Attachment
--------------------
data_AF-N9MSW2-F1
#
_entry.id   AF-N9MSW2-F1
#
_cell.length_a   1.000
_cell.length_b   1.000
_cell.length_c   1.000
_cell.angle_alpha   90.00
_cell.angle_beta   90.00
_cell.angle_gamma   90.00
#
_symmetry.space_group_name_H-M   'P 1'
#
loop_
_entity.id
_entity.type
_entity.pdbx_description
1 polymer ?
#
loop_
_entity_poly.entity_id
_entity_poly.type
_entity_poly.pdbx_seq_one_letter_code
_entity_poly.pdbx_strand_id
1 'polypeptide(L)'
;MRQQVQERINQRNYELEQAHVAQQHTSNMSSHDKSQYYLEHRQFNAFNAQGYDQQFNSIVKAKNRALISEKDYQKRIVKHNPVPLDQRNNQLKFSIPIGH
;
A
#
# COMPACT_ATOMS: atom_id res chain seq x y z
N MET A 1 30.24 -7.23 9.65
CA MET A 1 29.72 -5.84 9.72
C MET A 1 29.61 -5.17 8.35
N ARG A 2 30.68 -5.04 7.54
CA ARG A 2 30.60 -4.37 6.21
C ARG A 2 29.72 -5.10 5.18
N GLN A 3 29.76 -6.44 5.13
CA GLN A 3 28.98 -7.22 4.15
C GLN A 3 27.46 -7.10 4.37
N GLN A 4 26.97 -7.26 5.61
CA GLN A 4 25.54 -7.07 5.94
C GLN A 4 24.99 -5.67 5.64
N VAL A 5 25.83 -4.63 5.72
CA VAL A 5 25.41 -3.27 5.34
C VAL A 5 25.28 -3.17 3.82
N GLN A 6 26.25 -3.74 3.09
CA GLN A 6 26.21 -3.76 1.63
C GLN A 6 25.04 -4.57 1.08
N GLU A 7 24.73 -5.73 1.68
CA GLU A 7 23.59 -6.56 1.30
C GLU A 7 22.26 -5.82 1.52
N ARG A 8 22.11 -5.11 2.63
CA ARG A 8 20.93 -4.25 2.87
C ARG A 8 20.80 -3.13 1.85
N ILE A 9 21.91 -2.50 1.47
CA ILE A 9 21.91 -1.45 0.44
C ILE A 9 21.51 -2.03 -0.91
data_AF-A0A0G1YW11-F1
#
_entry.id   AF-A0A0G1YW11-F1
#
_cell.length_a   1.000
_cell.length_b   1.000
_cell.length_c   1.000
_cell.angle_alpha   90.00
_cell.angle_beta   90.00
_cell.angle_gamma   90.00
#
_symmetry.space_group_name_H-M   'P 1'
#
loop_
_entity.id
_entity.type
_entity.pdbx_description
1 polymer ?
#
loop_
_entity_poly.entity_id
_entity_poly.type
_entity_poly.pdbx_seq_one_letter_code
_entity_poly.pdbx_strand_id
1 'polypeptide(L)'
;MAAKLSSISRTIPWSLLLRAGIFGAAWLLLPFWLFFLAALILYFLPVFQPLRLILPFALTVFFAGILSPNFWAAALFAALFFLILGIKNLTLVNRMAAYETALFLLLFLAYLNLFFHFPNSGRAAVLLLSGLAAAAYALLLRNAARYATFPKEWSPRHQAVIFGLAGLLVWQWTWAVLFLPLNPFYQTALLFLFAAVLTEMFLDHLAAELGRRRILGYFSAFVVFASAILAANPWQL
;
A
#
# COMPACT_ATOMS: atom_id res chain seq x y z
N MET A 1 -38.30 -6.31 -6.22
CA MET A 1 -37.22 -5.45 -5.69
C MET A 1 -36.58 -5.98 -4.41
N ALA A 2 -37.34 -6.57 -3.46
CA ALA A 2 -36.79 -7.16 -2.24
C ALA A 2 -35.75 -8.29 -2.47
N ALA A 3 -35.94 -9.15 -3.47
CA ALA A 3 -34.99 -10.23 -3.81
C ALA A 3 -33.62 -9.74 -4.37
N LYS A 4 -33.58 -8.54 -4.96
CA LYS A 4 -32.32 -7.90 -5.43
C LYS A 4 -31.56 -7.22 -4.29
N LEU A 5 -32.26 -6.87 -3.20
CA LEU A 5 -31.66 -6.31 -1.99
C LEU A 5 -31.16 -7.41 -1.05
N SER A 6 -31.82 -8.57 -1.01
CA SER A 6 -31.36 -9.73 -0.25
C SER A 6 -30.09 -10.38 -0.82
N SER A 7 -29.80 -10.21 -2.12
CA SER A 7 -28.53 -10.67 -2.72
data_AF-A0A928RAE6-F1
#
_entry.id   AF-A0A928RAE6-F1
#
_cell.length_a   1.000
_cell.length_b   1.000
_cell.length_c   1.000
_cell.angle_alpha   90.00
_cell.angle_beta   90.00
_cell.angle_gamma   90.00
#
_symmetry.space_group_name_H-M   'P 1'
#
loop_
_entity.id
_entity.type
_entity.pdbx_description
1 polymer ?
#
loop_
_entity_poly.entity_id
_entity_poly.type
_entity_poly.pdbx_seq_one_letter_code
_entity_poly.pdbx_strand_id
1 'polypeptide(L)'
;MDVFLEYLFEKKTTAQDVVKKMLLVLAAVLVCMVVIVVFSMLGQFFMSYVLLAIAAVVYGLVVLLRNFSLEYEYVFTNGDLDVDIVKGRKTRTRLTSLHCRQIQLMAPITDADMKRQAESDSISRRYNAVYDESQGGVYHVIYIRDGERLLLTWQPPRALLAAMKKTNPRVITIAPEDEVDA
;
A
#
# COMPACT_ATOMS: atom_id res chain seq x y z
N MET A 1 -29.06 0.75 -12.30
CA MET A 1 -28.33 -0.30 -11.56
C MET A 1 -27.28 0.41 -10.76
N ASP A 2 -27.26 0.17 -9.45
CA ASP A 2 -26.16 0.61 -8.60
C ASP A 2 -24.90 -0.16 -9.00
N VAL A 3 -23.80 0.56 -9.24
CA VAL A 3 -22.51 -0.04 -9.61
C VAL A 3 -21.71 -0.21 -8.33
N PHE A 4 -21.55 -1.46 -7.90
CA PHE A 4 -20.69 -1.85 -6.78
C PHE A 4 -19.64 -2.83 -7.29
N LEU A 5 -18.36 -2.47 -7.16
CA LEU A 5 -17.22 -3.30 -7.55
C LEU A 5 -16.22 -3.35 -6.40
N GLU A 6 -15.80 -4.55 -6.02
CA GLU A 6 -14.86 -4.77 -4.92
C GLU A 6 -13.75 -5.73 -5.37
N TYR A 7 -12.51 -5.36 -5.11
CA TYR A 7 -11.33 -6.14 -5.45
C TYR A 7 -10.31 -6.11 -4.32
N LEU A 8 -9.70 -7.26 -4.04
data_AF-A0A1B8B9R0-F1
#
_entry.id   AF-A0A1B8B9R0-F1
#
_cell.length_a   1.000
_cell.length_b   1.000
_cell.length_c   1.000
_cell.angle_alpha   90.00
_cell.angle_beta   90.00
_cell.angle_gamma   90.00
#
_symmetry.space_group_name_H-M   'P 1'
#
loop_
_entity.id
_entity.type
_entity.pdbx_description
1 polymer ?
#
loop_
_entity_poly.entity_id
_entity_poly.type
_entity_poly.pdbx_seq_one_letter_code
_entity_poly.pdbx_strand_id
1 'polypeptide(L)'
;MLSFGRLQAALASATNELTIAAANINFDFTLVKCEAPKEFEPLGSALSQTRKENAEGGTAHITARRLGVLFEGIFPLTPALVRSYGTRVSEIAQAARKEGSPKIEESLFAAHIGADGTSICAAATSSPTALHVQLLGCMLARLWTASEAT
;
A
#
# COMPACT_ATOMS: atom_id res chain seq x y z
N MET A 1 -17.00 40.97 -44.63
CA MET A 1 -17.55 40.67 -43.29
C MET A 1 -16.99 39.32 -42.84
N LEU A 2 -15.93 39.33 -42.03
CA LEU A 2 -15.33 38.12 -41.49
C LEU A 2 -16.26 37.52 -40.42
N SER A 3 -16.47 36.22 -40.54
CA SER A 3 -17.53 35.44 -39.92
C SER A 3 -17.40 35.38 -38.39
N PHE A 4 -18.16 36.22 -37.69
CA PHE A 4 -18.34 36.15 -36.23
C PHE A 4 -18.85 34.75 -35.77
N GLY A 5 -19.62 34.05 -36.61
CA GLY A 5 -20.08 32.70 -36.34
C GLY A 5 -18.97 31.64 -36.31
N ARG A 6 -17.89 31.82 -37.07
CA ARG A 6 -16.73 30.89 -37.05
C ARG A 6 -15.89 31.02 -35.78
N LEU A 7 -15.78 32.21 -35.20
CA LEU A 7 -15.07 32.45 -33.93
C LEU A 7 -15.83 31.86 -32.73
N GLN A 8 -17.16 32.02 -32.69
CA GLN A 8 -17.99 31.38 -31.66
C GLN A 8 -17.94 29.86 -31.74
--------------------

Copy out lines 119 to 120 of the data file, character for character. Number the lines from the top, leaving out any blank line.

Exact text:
_symmetry.space_group_name_H-M   'P 1'
#